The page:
CLASS OF 1976 | 2017 | ISSUE 2

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For this issue, I asked about retirement plans and got varied and often non-committal answers.  To vary the line-up, the last shall be first.

Jody Binswanger Snider works in media, representing a creative branding and production company, and a small animation studio and filmmaker in NYC.  She serves on a family foundation concerned with homelessness and criminal justice reform. Her husband is a teacher and coach at Harvard Business School and Northeastern, and her two sons are working in NYC real estate.

Steve Smith and his wife moved to western North Carolina 31 years ago and that’s where they plan to retire in about two years. Their daughter just had her 10th Wes Reunion, and they plan to visit friends in Mexico later this year.

Joe Reiff won the Mississippi Institute of Arts and Letters Nonfiction Award for 2016 with his book Born of Conviction: White Methodists and Mississippi’s Closed Society. Joe figures he has three more years before he hangs up his frock.

Jack O’Donnell has a daughter at Wes who plans to go to law school afterwards. Jack loves working as a criminal defense lawyer, and between that and the tuition bills, no retirement is in sight.


Connie Bodine McCann attended an all-day meeting of Wes emeriti trustees and watched Donna Morea do an excellent job as chair. Connie has a son at Wes, a daughter working in tech in San Francisco, and another son at a private investment firm in NYC. Connie has been elected to the Spencer Stuart worldwide board of directors and, after 24 years, is still enjoying her senior search work in financial services.

Jimmy Johnson reports that his bike touring business ( is going strong and that he will be leading tours through Austria, Bosnia, Bulgaria, Croatia, Germany, Greece, and Montenegro in the next five months. Electrically assisted bikes help it all work. (I tried one in California and our nonathletic group drew looks of disbelief as we sped up the hills.)

Leslie Gabel-Brett ended her 10-year tenure at Lambda Legal in NYC and now works as a consultant with Open Communities Alliance, an affordable housing group in Connecticut led by Erin Boggs ’93. In spring 2018, Leslie will be a visiting assistant professor of public policy at Wes teaching a course about social justice movements under the auspices of the Allbritton Center for the Study of Public Life.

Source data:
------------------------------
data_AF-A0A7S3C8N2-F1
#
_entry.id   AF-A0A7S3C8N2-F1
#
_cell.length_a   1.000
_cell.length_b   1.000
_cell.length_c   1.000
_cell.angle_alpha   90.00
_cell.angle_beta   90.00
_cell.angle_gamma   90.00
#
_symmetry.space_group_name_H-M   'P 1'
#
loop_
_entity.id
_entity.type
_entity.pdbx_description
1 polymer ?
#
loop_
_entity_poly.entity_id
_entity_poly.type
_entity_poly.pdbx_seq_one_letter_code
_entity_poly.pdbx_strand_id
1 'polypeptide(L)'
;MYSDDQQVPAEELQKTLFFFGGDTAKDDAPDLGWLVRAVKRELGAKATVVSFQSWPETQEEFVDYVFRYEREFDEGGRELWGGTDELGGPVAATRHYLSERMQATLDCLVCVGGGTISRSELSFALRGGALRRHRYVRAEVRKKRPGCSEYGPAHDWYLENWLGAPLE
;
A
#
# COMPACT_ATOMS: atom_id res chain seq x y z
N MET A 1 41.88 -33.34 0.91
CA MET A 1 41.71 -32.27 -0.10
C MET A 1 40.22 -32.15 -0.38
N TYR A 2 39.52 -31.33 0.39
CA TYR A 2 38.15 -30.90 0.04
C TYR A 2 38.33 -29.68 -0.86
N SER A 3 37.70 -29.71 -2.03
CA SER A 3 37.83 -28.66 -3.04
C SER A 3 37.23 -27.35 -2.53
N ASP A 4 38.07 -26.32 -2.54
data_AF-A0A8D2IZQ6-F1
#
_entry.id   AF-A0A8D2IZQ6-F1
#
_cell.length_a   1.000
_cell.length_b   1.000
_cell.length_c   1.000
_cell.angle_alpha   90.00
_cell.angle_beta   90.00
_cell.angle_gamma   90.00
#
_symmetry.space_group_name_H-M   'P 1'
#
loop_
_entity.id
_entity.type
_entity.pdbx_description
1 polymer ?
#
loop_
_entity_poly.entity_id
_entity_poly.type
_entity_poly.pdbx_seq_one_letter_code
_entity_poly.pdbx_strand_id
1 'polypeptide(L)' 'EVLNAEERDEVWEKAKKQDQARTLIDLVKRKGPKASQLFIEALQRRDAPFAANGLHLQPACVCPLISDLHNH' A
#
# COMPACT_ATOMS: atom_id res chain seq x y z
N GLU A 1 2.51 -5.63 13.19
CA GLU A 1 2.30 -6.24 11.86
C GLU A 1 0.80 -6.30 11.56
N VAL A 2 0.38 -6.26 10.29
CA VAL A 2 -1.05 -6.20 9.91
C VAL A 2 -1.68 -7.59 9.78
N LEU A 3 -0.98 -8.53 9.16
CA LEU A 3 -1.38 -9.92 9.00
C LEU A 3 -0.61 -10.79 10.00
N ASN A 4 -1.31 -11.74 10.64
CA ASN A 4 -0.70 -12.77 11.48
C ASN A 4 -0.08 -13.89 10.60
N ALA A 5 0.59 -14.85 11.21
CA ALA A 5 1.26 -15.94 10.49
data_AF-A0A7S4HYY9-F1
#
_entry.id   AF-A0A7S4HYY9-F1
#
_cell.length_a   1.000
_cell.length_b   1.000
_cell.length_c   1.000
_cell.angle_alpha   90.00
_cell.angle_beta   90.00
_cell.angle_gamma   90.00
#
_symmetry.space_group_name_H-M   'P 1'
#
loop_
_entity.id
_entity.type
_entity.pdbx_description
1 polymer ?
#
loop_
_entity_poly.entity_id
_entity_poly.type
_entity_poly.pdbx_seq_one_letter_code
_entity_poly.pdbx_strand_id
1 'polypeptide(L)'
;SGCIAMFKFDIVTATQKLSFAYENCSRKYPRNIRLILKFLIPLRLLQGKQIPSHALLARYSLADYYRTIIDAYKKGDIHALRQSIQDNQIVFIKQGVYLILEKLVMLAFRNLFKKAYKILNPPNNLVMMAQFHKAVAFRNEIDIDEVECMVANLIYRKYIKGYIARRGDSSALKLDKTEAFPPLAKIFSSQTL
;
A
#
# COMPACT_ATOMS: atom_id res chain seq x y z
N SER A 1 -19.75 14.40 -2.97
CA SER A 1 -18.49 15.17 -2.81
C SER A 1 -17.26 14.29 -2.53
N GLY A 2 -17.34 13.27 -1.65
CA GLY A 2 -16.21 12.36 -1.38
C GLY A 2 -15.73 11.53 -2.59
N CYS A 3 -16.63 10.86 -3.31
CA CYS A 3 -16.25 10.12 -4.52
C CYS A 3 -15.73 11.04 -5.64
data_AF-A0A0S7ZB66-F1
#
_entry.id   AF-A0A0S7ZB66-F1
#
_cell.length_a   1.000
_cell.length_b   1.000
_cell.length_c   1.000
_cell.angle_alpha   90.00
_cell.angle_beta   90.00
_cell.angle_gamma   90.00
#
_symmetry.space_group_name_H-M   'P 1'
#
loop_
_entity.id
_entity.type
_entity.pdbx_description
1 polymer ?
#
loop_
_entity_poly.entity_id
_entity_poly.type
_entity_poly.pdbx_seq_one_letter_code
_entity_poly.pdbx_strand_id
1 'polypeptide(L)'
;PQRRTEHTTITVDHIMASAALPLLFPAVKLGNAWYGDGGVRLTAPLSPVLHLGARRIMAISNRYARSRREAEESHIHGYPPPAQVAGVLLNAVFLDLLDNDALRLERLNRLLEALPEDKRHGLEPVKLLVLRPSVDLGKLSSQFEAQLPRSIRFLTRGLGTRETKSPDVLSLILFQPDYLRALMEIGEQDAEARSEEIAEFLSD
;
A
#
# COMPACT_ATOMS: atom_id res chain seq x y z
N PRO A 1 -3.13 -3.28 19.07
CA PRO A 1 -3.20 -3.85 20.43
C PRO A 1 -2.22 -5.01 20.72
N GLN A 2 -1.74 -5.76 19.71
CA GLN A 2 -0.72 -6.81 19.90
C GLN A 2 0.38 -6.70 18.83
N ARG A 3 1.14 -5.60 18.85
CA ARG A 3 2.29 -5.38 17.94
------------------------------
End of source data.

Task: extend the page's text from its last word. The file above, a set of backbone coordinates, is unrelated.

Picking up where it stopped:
Joellyn Gray went to L.A. over Memorial Day weekend and visited her sons, Malcolm and Duncan ’09, who work for the Russo Brothers and Hulu respectively. She had dinner with my CSS classmate, Bob Craft, and his wife, Julie. Joellyn has considered retirement, but prefers working.

Jon Cleworth, who is fighting a nearly 40-year battle with MS, is still going strong and is grateful for his time at Wesleyan and the inspiration he gained there.

Karen Caplan says retirement is a nice idea, but she is not ready to give up her full-time hospital job as a clinical social worker on a palliative care consult team. Karen finds her work with people at the end of life wonderfully rich, meaningful, and rewarding.

Barbara Birney continues to enjoy the company of her 92-year-old father, Robert Birney ’50, as well as that of her brother Bob Birney ’81. Bob has just given up “Old Man’s Soccer” and is focused on getting the last of his kids through college.

Tom Kovar says he thinks about retirement but, with a 14-year-old still at home, he does not plan on it anytime soon.

Cheryl Alpert just started a new career as a full-time real estate agent focusing on Boston and MetroWest and is very active in national and local politics. Her older son, Eben, is working as a business analyst and her younger son, Chason, is graduating from Washington and Lee, and will be working in D.C. for Booz Allen.

As for me, my oldest daughter graduated with a master’s and my younger two from college this month, so tuition bills are no longer a driver. But I still like working and need to stay busy if I am going to stay in sync with my wife, who loves her job. Outlook: staying the course.

There are a lot of you folks who do not write in—especially, for some odd reason, those whose last names are in the second half of the alphabet. I wish you would.

Mitchell Marinello |